While I certainly respect the rights of other Amateurs to have their own favorite modes of communication within our broad hobby. I prefer CW for the following reasons:

If I wanted to talk to people, I could use the telephone, cellular telephone, or Internet.

If I wanted to use a computer to communicate with others, the Internet is an awesome forum.

If I wanted to trade pictures I would send them through e-mail.

If I wanted to view fast-scan television images, I would use a web-cam.

Ham Radio is not the best forum for those modes of communication.

However, if I want to engage my brain by using Morse code then Ham Radio CW is the best forum. If I want to use an antique transmitter and receiver to communicate, then Ham Radio is the best forum. Therefore, that is what I use ham radio for.

For the sake of total disclosure, while I have disagreed with several of the arguments frequently put forward for maintaining Morse code as a requirement for Amateur Licensing, I do believe that it should be maintained. My rationale however is because it helps prevent ham radio from becoming just another user-friendly “plug and play” medium. We have enough of those. We need a hobby that is different from the other modes of communication available to us. Our hobby needs to be a more challenging one. Even as we embrace the fact that we are not cutting-edge, we should embrace the identity of hardworking appliers of knowledge. And, while CW operation is not necessarily needed for a Ham to have that identity, it does typify the identity. It also shows that hams are willing to push themselves and work hard. I support Morse testing requirements as a way to resist the attitude of instant gratification that I see growing in our world. I also oppose band-plan changes that are likely to cause more non-cw stations to operate in the current “cw-sections” of our bands, as I don’t like competing against non cw-stations for bandwidth. Are those opinions rational? Perhaps not, but frankly, opinions rarely are. Nor, do they need to be rational in order to be valid.

So, if you find yourself tired of talking and typing, then tune on down to the bottom of the band.

Get out the notepad and fountain pen. Put on the headphones and copy some code. Perhaps, you will also enjoy lighting a bowl of MacBaren’s pipe tobacco and sipping a locally grown wine while you decipher the series of beeps that you find being transmitted. Maybe you will also try firing up the old tube rig you have sitting around, so that you can feel the warmth and see the glow of the electron tubes. If so, you will then understand what I enjoy about our hobby.


February 5, 2006

I posted the following question to Yahoo’s HamRadioHelpGroup:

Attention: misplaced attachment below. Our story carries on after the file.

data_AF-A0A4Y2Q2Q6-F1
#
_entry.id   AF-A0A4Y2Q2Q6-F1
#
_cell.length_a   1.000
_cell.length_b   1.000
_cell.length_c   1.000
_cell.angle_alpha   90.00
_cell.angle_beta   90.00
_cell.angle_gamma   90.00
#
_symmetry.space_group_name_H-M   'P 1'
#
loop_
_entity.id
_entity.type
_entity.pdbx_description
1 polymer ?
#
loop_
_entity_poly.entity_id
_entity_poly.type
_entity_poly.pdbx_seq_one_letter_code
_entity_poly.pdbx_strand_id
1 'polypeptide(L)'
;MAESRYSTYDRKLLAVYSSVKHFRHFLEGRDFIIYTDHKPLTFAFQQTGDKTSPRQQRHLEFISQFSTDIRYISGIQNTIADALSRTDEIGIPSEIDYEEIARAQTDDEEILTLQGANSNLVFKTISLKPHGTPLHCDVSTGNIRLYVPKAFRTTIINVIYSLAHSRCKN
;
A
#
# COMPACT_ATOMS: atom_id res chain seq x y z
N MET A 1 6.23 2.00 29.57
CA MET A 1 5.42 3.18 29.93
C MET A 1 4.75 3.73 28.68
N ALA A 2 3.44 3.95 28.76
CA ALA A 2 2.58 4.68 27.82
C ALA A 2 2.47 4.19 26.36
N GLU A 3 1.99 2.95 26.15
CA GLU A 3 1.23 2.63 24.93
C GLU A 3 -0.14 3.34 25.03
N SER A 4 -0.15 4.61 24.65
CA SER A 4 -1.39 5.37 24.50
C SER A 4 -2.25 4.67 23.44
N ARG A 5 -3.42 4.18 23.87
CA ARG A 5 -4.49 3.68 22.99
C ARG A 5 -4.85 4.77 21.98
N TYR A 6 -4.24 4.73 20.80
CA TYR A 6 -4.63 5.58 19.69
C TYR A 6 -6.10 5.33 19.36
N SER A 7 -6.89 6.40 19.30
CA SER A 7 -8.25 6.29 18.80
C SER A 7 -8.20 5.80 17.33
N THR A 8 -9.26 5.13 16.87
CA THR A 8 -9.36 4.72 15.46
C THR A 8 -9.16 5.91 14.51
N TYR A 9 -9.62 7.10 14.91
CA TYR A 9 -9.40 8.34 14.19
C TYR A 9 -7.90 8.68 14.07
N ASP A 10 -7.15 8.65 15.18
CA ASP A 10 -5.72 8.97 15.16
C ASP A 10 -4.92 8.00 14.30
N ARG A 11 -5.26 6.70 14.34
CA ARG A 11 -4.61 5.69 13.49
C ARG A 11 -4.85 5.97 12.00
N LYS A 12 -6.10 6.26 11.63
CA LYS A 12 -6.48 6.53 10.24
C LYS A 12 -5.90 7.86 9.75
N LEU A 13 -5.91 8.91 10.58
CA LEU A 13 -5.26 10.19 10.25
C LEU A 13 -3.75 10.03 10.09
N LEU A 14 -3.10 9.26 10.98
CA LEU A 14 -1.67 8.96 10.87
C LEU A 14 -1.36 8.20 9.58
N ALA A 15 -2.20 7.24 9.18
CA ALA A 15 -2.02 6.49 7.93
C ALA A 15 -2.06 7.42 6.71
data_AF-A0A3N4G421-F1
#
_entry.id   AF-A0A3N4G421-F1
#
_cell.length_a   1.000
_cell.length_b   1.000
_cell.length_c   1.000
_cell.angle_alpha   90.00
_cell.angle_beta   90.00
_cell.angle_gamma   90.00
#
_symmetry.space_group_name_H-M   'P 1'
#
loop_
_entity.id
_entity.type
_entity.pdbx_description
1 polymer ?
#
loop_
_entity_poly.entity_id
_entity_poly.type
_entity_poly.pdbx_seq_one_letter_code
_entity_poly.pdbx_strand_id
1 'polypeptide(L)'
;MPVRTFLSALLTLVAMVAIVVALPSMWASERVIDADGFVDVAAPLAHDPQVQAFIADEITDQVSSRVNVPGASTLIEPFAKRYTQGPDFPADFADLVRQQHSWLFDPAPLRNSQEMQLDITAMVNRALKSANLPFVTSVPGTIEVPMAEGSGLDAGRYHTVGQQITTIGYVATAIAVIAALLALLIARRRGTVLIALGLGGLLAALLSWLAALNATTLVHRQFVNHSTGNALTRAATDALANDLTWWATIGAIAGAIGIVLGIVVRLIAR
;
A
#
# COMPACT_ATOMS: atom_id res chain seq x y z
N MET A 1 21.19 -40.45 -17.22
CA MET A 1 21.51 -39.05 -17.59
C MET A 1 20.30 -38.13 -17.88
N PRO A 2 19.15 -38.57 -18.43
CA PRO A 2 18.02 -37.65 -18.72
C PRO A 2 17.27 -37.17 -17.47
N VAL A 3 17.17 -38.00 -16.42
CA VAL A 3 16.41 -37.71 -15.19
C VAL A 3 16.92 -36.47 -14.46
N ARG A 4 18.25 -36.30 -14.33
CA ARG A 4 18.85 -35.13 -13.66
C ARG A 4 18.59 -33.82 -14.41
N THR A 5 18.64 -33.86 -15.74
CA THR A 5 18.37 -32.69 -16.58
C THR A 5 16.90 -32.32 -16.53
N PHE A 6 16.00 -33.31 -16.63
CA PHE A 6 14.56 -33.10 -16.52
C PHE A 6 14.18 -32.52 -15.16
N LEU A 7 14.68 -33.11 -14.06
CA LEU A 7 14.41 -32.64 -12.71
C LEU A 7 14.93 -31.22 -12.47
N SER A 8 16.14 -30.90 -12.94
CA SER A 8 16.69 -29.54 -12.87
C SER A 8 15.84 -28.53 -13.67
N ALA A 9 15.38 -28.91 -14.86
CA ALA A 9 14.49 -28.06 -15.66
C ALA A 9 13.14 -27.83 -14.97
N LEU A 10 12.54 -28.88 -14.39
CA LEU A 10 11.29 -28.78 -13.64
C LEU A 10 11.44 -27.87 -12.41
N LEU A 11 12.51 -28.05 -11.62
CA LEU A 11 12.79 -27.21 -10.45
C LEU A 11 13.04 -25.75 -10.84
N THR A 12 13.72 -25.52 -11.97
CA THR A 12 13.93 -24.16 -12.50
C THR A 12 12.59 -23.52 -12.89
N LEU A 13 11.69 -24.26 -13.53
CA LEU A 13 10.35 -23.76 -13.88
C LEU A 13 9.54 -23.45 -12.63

I’ve heard this talked about a lot – but don’t really understand.
What is a “final”?
What causes one to “blow the finals”?
How do you know if you have “blown finals”?

73 Scott KD7PJQ

Final output transitors. They are what generate the power going to the antenna. If the radio is in TX mode for too long or transmitting into an improper load for too long they will get hot from the SWR or just the power disspiation and can get damaged or “blown”.

Inside a transisitor package there is small silicon die that is the actual transistor. Gold or aluminum wires connect the connection pads on the transistor to the leads on the package. These are usually what gets “blown”, and they heat up and the attachment points let go, although it’s not uncommon for the actual silicon crystal to melt across the junction. The attachment if usually done by ball bonding or wedge bonding, which is just to smash the end of the wire which is shaped as a ball onto the aluminum pad on the silicon.

Blair WB3AWI

> What is a “final”?
Short for “final amplifier” (tube or transistor) in your transmitter.

> What causes one to “blow the finals”?
Some combination of output power level and antenna mismatch.

> How do you know if you have “blown finals”?
Transmitter not transmit.

73 de W3GERry

3 Feb 2006 – update from Peter I

February 4, 2006

Beginning yesterday afternoon we encountered long swells that gently raise and then lower the boat.. It was a fairly comfortable ride. Today the seas have changed a bit and are averaging twelve feet. The ride is a little more uncomfortable, but not a problem for most of the team. We are experiencing winds speed of 33 knots with gusts higher…..direction is from the SSW. Outside air temperature is 36 deg F. Current position is 65 deg 2 min S. Lat and 65 deg, 44 mins West at 1900Z on Feb 3rd.

We have almost 2,000 QSOs on two radios using an OCF Windom antenna and a 4-BTV. Callsign is XR9A/MM. The Team is in good spirits, only two are having trouble with sea sickness. Training is continuing on the use of the Icom 756 Pro III’s and Alpha 99 amps and with Writelog. Last night after dinner we viewed a video and discussed once again how to erect the shelters. Most of the team has hands-on experience with shelter erection from previous training, but six have not. Tomorrow will be spent moving our equipment from the container on the lower deck to the main deck and staging for helicopter airlift!

Current ETA at Peter I is midnight, Sunday, Feb 5th. This means the earliest we could begin setting up the camp would be the following morning on Monday….. weather permitting!

73’s to all!

Requirments for Morse Code over the years

February 3, 2006

1912 5 wpm
1919 10 wpm
1923 Extra First Grade added at 20 wpm
1927 All new classes (A, B, C), and all at 10 wpm
1936 13 wpm all classes
1951 Extra 20 wpm, Adv and Gen 13 wpm, Tech and Novice 5 wpm
1953 No more advanced
1967 Advanced reinstated along with incentive licensing


February 3, 2006

The North American SSB Sprint
Vermont QSO Party
10-10 International Winter SSB Contest
Minnesota QSO Party
FYBO Winter QRP Sprint
AGCW Straight Key CW Party
Delaware QSO Party
Mexico RTTY International Contest
ARCI Winter Fireside SSB Sprint
ARS Spartan CW Sprint

…. busy weekend